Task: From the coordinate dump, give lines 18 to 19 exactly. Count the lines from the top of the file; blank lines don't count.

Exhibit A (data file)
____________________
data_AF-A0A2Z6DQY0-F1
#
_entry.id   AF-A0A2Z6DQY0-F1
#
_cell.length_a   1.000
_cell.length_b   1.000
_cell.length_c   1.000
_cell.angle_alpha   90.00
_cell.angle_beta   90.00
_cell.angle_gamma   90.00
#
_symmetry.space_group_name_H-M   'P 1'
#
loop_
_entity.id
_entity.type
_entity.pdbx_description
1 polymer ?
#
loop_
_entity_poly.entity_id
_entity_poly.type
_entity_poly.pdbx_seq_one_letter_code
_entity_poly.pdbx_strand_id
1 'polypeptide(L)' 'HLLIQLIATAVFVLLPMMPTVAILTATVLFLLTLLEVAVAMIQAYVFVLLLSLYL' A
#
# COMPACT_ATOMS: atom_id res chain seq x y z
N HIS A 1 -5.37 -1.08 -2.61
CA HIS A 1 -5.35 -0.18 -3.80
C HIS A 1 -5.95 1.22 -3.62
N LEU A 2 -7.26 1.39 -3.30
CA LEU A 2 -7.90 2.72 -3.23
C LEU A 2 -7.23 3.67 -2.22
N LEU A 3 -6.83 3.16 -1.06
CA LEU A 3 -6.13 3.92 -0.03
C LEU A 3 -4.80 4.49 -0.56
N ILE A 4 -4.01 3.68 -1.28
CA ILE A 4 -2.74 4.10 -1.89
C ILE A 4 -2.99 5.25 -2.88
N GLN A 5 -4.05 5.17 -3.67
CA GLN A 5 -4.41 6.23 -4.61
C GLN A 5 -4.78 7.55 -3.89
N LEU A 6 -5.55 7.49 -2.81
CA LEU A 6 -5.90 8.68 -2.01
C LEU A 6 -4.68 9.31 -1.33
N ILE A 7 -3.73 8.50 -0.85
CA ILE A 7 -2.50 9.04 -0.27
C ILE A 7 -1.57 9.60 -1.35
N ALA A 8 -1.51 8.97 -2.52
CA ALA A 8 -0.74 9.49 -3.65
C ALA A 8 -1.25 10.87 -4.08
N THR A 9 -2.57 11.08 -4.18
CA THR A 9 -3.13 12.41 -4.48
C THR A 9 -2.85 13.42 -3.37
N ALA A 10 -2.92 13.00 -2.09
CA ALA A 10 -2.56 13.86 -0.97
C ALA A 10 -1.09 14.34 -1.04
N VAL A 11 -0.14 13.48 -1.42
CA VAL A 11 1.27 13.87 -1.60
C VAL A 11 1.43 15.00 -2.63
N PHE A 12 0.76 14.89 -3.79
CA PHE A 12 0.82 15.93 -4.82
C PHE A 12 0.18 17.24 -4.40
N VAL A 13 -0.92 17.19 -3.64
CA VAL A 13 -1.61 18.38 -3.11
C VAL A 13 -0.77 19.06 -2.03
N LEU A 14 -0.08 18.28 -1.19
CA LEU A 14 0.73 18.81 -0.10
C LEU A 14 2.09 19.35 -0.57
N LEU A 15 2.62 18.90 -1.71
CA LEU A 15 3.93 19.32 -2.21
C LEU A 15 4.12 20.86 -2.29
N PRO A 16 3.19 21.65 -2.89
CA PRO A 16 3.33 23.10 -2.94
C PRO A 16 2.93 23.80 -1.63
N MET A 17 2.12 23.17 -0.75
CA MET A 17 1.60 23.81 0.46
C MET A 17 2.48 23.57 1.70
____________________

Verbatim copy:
1 polymer ?
#